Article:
concentration of less than 35 wt.%, such as less than 30 wt.%, less than 25 wt.%, less than 20 wt.%, less than 15 wt.%, or less than 10 wt.%, based on the total weight of the reaction medium.

[0041] When the phosphonium iodide salt is maintained in combination with an inorganic iodide salt, such as lithium iodide, it is preferred that such salts are present in an amount sufficient to maintain the desired iodide concentration in the reaction solution. The relative ratios of the two components may vary widely. In one embodiment, for example, the molar ratio of phosphonium cation to alkali or alkaline earth metal cation in the reaction solution is maintained at from 1 :100 to 100: 1, e.g., from 1 :50 to 50:1, from 1 :10 to 10: 1, from 1 :3 to 1 : 1, or 1 :2.

[0042] The stabilizing iodide co-promoter(s) may be maintained in the reaction medium at a total iodide ion to homogeneous catalyst (typically rhodium or iridium) molar ratio of 1:1 to 1000:1. In other embodiments, the total iodide concentration may be maintained in the reaction medium at a molar concentration of total iodide ion to rhodium/iridium of 25:1 to 950:1 or from 40: 1 to 120: 1. In still other embodiments, the total iodide concentration may be maintained in the reaction medium at a molar concentration of total iodide ion to rhodium/iridium from 60:1 to 100:1.

[0043] Generally, it is preferred that the phosphonium salt has a melting point that is below the temperature at which the carbonylation reaction is to be carried out. The melting point of the iodide salt depends, in part, upon the particular hydrocarbon groups (Rls R2, R3 and R4) that are bound to the phosphorous atom as well as the degree symmetry or dissymmetry of the phosphonium cation. In preferred embodiments, Ri, R2, R3 and R4 are chosen so as to provide salts having low melting temperatures. To that end, the melting point of the iodide salt generally decreases as the number of carbon atoms that are present increases. The presence of a branched (versus straight-chained) structure also may lead to lower melting points. Furthermore, selecting R1; R2, R3 and R4 such that they are not all the same may also lower the melting point of the iodide salt.

[0044] In some embodiments, the phosphonium salt employed has a melting point of less than 170°C, e.g., less than 160°C, less than 155°C, less than 150°C, less than 145°C or less than 140°C. In terms of lower limits, the phosphonium salt of the reaction medium may have a melting point of at least -100°C, at least 0°C, at least 20°C, at least 50°C, at least 70°C, at least 100°C, at least 110°C, at least 125°C, or at least 140°C. In terms of ranges, the phosphonium salt of the reaction medium may have a melting point in the range of -100°C to 170°C, e.g., from 0°C to 160°C, from 20°C to 160°C, from 50°C to 155°C, from 100°C to 150°C, or from 125°C to 150°C. In one embodiment, the phosphonium salt is a liquid at room temperature (25°C) and 1 atmosphere.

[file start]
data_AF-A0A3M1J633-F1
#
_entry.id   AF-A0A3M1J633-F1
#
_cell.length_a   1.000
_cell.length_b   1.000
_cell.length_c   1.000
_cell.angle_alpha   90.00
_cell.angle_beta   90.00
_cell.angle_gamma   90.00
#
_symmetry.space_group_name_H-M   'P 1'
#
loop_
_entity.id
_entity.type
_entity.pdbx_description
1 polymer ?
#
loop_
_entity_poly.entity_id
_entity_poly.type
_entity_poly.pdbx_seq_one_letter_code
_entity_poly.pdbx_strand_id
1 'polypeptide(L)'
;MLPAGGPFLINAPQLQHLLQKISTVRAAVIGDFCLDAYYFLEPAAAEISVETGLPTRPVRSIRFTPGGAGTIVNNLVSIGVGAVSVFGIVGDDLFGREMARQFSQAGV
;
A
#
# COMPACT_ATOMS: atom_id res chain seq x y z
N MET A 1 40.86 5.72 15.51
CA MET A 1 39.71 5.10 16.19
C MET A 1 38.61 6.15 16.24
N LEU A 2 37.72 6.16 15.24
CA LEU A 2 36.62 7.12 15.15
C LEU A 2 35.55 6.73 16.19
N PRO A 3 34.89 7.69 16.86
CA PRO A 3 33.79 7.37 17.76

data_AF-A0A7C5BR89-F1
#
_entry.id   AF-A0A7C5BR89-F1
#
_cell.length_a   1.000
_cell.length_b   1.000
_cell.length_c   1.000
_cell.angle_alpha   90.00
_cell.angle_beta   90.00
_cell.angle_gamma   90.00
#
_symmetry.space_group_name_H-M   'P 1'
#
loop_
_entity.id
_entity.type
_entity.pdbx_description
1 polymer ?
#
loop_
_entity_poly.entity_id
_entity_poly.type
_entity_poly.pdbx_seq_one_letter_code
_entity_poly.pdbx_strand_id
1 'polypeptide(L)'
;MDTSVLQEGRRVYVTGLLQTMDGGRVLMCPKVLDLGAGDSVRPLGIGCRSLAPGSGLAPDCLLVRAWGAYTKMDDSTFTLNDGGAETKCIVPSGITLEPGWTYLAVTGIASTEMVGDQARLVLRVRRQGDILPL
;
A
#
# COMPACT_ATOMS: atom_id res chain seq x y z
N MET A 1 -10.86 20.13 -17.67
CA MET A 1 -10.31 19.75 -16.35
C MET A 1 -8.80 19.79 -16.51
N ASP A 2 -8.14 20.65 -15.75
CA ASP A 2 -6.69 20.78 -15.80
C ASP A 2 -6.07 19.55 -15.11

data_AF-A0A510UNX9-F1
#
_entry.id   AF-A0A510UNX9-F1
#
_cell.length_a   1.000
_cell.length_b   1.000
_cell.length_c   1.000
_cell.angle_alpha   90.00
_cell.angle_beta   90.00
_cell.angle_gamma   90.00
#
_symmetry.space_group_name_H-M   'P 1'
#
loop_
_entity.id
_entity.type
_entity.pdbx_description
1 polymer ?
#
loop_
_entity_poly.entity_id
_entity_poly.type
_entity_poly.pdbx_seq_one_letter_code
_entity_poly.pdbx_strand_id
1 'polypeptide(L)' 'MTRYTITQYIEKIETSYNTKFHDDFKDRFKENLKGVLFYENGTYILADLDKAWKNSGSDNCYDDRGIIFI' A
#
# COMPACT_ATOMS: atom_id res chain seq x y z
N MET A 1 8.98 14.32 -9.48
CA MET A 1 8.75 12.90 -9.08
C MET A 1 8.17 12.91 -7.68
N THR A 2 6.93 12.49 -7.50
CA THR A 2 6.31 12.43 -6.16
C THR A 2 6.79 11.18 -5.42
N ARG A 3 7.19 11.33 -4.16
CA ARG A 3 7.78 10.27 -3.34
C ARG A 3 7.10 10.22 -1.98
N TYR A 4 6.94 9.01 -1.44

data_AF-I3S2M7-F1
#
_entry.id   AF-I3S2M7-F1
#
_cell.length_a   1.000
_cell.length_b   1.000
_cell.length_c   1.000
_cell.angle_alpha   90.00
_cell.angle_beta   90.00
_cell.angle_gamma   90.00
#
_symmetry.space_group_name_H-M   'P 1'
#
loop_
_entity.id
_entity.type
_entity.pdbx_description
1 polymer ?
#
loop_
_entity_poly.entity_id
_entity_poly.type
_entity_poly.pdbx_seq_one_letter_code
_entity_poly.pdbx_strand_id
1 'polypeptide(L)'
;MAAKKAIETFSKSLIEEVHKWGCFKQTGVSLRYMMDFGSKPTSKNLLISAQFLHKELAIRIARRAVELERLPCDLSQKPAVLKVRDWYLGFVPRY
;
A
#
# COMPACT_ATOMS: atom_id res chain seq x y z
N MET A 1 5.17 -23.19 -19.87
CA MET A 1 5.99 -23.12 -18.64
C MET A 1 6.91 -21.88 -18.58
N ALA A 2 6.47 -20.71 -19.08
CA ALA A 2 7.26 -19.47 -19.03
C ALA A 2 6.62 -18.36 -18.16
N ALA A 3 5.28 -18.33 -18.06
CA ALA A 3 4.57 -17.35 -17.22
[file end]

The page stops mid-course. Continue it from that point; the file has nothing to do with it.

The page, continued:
[0045] As noted above, some of Ri, R2, R3 and R4 may be the same so long as they are not all the same, or they may be all different. In one embodiment, Ri and R2 are the same, and R3 and R4 are the same, but Rj/R2 are different from R3/R4. In another embodiment, three of Rj, R2, R3 and R4 are the same and one of Rls R2, R3 and R4is different. In some embodiments, all of Ri, R2, R3 and R4 are C2+ alkyl groups. In one non-limiting embodiment, the phosphonium ion comprises an ion of the formula: [R3PR']+ or [R2PR'2]+, wherein R is straight or branched butyl, hexyl, or octyl or cycloalkyl, and R' is methyl, ethyl, propyl, or straight or branched butyl, hexyl, octyl, decyl, dodecyl, tetradecyl or hexadecyl or cycloalkyl, with the proviso that R and R' are different.

[0046] In other embodiments, Ri, R2, and R3 may all be identical, and differ from R4. In such embodiments, Rls R2 and R3 may be selected, for example, from the group consisting of C4 (butyl), C (hexyl), C8 (octyl), C12 (dodecyl), Cu (tetradecyl), Q6 (hexadecyl), cyclopentyl and cyclohexyl, and R4 is methyl or a C2 or greater alkyl. Optionally, the phosphonium ion is

tributyl(ethyl)phosphonium ion.

[0047] In some embodiments, the catalyst stabilizer/co-promoter is selected from the group consisting of tris(2-methylpropyl)(butyl)phosphonium iodide, tris(2-mefhylbutyl)(3- methylbutyl)phosphonium iodide, tributyl(ethyl)phosphonium, trioctyl(ethyl)phosphonium iodide, tributyl(ethyl)phosphonium iodide, tricyclohexyl(ethyl)phosphonium iodide,